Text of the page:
Once in a while I don’t mind not being able to sleep – getting up in the dark and having complete silence and motionless-ness for a few hours is intoxicating. I think that’s the most difficult part of motherhood for me – the constant motion, constant noise. I’m an introvert, I don’t particularly like to talk (unless I’m in a comfortable social situation or feeling overly emotional, then I don’t shut up).

When Little Lady was a baby, and my mother or sister was visiting or babysitting, I was struck by how they would talk and interact with the baby continually. When I was home with her there was almost complete silence. Of course, I talked to her but wouldn’t offer a running commentary. I’d get so tired if I had to engage my brain and move my mouth that much.

I used to worry that I was doing our child a disservice by not reciting the alphabet or giving her a blow-by-blow of what mummy was doing every second. When we began to socialize at a mommy-n-me group, I’d feel ashamed when the toddler on the next mat could count to ten in English and German when my little one could barely count to three in any language. But she was dancing with abandon at music time or sitting quietly at still time. And, I think, more importantly, she knew (and knows) how to entertain herself.

Today, I look back on those quiet hours with my baby with longing. From the moment the kids lift their sleepy heads to when they finally give in to the drug of sweet slumber, there is a racket – either from their games, their music (which is still danced to with abandon by both), or from PBS or Disney. Now, I am forced to use my voice interminably: Stop that, food’s ready, don’t fold your brother in two… or just to answer the never-ending flow of demands for “Mama, Mama, MAMA!”

I’m tired. Very, very tired. Listening takes almost as much energy as talking. I crave silence more than a manicure, more even than Ben and Jerry’s Coffee, Coffee, Buzz, Buzz, Buzz (and that’s saying something).

It’s my birthday on Friday and all I want is a big box of silence, wrapped up in a bow.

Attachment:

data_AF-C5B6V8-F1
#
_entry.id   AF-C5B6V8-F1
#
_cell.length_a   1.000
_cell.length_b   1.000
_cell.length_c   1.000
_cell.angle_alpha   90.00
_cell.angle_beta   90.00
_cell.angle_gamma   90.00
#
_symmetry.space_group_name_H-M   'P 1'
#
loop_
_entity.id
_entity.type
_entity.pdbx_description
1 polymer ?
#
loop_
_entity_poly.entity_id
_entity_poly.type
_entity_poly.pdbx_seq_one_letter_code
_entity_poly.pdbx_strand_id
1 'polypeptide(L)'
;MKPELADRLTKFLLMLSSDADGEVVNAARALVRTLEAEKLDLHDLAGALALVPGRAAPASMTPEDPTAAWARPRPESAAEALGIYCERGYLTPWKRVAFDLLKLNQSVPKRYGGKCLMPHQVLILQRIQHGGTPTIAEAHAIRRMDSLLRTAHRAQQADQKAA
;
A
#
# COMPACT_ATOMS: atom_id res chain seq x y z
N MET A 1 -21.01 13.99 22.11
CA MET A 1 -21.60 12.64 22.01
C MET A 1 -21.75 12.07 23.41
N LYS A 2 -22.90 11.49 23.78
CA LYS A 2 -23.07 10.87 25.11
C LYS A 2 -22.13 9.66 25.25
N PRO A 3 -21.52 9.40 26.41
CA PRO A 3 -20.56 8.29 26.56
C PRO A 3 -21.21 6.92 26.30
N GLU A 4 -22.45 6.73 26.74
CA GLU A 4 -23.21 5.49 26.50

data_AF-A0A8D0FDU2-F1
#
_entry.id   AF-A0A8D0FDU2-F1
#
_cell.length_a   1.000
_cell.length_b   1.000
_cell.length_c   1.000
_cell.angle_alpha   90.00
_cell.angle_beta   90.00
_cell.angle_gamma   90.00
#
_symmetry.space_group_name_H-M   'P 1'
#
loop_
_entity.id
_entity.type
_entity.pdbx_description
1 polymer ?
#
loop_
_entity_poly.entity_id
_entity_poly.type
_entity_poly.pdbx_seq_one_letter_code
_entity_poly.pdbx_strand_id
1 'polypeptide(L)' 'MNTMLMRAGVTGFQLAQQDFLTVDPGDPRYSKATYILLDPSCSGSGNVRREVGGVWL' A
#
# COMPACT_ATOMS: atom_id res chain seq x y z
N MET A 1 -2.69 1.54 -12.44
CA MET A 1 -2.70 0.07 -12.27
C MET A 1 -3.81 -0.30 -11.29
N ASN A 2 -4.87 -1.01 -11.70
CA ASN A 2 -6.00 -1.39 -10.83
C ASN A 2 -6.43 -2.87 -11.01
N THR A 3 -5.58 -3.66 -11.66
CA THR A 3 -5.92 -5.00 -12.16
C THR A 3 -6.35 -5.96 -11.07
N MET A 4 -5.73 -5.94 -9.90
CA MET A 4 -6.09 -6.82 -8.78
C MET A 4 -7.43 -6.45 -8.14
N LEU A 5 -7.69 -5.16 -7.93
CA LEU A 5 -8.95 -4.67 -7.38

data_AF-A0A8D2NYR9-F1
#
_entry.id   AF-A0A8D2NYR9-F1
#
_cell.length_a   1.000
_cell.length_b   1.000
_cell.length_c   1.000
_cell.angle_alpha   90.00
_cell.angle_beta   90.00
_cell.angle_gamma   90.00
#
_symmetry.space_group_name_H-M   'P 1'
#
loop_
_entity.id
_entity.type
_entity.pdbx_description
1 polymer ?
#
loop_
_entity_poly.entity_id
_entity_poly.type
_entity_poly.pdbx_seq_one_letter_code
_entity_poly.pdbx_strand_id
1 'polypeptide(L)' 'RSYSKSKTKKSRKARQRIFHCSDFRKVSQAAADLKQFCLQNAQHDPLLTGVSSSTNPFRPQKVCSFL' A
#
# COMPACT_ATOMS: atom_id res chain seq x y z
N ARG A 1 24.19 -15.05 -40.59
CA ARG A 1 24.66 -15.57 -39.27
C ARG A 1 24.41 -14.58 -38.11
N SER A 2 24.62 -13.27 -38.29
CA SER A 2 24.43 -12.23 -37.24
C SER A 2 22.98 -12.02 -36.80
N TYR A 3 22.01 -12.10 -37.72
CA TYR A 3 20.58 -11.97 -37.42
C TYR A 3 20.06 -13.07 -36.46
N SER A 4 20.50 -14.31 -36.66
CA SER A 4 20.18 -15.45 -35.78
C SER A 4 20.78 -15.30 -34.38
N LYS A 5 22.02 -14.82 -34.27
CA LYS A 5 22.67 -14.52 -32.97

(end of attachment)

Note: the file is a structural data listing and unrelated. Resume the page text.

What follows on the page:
So, thank you, Ike. Although you did some harm down in Texas, and I admonish you for that, I do appreciate the gift you gave me this morning: Two hours of… nothing.

Unfortunately, it’s a gift I will have to pay for with lots of coffee (or maybe some coffee ice cream?).

Start your engines… hear the roar… the madness of a school morning is about to begin.

The many hats of me

I need a haircut. The shaggy, steel wool mop that haloes my head is reflected in the screen of my laptop as I sit on the deck this glorious late summer morning.

I also need to finish organizing the new office which until 3 days ago was the kids room. Boxes of books, old files, and decades-old computer stuff, retained “just in case” (or rather “just too lazy”) were crammed away in a closet. Now, due to the room rearrangements, they have resurfaced and are demanding my attention. I need to make curtains for the new kids’ room. I need to hang out the laundry that’s slowly rotting in the washer. I need to put away the clothes that have been sitting in a basket for a month. I need to empty the dishwasher. I need to put two years worth of photos in the kid’s albums. I need to listen to another session of my journal workshop instructor training. I need to dig through the heap of shoes on my closet floor and take half of them to Salvation Army (so I can justify buying more). I need to be brainstorming article ideas and getting out queries. I need to pay the bills…